Constantly acting the goat has made Lucy Reynolds’ dad Chris a legend in his own household. It’s exactly how it should be, she tells Standard Issue.
Twenty years later, the same boy, now a man, goes back to the same barber, sits in the same chair and waits for the excitement of the buzzing chair. But nothing.
The man asks the barber politely where the great automatic chair of his childhood had gone, to which the barber smiles at the confused man and says: “It wasn’t automatic – your dad just sat behind you and made the noise. Didn’t you know?”
Picture another scene: a girl spends most of her childhood telling people, with pride, about her dad who bravely wrestled with a vicious conga eel in a fight to the death while posted abroad in the RAF. It is only when she recounts this story again, as an adult, in front of her friends, that the aforementioned father admits, gleefully, “I made it up!”
The barbershop man is my brother, the girl is me and the dad is my dad. And this is one of the many moments of our upbringing that we choose to remember on Father’s Day. For many, it is a day of spending time with your dad (or for some, sadly, remembering him), possibly buying him a new jumper, liquorice allsorts or some socks because… y’know, Dads seem to like that sort of shit.
But for my brothers and me, we spend our time recounting the many jokes and japes that Chris Reynolds, arch-prankster, has played on us. Father’s Day is a chance to recall his greatest hits.
Growing up with a dad like ours has meant that my brothers and I inherited a sharp and silly sense of humour very quickly. Like every child, there were stages of being embarrassed by your parents. I have vivid memories of my dad picking me up from primary school in his trailer-towing secondhand car, full to the brim with garden rubbish, wearing work clothes covered in soil and creosote, and impersonating a submarine depth-charge siren (‘Awooga!’ was my Dad’s go-to noise way before Kris Akabusi in Gladiators) as I walked out of the school gates. People looked at him like he was tapped – and he loved it.
I was mortified, watching the other fathers in their shiny, fancy cars, stone-faced and boring, attracting no attention. It was only when friends begged me to get my dad to give them a lift home too that I realised that having a fun dad was much better than the one who doesn’t smile and act silly. We would drive past those cars, windows rolled down, singing tunes from the Mary Poppins soundtrack at the tops of our voices (Dad as Dick Van Dyke, me as Julie Andrews) with my friends whispering, “Your dad is ace”. And I’d secretly feel smug.
“His total lack of embarrassment is probably one of the things I admire the most: he doesn’t care what others think about him, as long as he and his family are happy.”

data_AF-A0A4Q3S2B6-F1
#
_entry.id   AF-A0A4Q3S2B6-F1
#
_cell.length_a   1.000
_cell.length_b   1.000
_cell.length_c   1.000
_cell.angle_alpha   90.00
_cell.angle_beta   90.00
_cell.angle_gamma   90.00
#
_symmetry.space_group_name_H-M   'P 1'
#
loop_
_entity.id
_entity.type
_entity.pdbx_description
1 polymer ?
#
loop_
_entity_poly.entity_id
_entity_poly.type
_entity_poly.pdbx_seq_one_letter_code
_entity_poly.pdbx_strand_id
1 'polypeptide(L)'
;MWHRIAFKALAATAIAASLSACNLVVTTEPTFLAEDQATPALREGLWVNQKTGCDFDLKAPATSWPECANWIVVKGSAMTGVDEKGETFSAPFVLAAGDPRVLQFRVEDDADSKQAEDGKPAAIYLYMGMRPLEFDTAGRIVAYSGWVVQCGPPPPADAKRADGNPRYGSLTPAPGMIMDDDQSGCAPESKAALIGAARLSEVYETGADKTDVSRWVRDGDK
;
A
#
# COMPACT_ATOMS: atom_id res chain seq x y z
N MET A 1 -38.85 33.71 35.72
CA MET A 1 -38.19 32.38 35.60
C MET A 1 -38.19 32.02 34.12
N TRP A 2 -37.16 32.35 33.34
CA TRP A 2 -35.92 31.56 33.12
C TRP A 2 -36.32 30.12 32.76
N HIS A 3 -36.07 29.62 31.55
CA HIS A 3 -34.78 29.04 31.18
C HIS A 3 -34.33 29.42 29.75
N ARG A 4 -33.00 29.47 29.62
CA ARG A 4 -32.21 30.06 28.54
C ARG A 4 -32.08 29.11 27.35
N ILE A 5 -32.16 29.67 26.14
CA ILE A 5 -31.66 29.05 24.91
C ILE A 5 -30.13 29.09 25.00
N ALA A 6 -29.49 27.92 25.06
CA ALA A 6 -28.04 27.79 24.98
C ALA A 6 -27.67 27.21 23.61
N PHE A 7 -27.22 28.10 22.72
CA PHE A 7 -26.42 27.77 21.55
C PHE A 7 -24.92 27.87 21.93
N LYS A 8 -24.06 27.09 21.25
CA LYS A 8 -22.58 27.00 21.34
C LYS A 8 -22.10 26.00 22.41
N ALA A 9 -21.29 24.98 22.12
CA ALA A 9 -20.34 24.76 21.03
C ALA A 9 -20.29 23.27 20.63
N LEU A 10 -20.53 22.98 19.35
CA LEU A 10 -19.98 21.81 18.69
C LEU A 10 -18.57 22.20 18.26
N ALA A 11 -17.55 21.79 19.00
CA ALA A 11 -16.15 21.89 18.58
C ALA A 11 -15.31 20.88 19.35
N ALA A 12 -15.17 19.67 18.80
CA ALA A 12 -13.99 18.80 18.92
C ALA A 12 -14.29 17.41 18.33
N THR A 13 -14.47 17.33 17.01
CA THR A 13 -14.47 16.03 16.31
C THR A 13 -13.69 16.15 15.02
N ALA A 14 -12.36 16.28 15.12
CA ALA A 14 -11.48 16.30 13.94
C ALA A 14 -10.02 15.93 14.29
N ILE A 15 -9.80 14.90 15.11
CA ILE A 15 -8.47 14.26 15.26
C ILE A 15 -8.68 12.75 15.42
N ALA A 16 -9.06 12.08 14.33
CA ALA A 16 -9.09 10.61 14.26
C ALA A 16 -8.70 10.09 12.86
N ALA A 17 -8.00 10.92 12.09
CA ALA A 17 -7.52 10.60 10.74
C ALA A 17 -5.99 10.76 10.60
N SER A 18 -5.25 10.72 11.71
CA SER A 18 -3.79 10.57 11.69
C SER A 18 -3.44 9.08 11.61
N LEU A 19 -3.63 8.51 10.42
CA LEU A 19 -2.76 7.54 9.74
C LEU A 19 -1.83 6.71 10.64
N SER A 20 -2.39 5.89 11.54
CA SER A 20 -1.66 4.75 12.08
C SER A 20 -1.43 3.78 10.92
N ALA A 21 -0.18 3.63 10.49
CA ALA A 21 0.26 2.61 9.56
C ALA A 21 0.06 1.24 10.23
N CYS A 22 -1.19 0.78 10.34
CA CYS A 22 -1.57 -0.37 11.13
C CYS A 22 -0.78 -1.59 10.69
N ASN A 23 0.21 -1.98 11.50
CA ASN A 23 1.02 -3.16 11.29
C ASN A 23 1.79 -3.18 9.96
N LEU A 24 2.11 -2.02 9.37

He’d spin us tales about how he had the ability to send his ear and eye around primary school while we were there, seeing how we were doing. Thinking of it now, the idea of a disembodied eye and ear floating around is pretty messed up, but I bought into it as a kid and the idea he was always watching out for me was comforting.
Our birthdays were always immense, with Dad as DJ/clown/magician/entertainer all rolled into one big noisy ball. Swimming lessons would descend into him pretending to be Jaws, hand-fin protruding from the water as we scattered and screamed in delight. Evenings would invariably end in my brothers and I wrestling with my Dad on the floor or sat on his back while he plodded around the living room, pretending to be a horse. Our neighbours looked on in horror as he would shout “Raus! Schnell!” in a mock-German accent as we were herded into the car for school. We loved it.
His total lack of embarrassment is probably one of the things I admire the most: he doesn’t care what others think about him, as long as he and his family are happy.
On Father’s Day, my brothers and I can reflect upon not only the happiness and fun that we had growing up but also remember the lifelong values we’ve gained from him. He isn’t afraid of speaking up for people, challenging inequality and standing up to people who are rude, ignorant or bullies. He taught us how to be funny but not cocky, confident but not arrogant and value education and good humour above vanity. As a child who left school in 1960 with no qualifications at all, Dad made sure we all enjoyed our time at school and worked hard with my mum to fund us all through university so we had no debt.
I spent summers working with him as a landscape gardener, visiting many of his customers who would say, rather astonished, “Oh, you’ve brought your daughter to work? Where are your sons? She shouldn’t be lifting heavy things!”
He would tell them straight that I was much stronger than I looked and that I could do anything the boys could do. After that, with my arms, skin and hair covered in soil, I realised that I could do anything I wanted to, regardless of gender.
In his late 60s, still playing squash and running countless miles a week, he has recently become a grandfather (or Grumpa as he now calls himself) to my brother’s son Sam. As all the family predicted, he is obsessed: not only does he hog baby-cuddling duties but he also positions himself as the ‘baby whisperer’ in the family, much to the eye-rolling desperation of me and Mum. But one thing I do know to be true is that if he is half as great a grandfather as he is a father, then baby Sam is a very lucky boy indeed.813 Views
Lucy is a teacher whose dream as a child was to be WWE Wrestling Champion. That dream is still alive.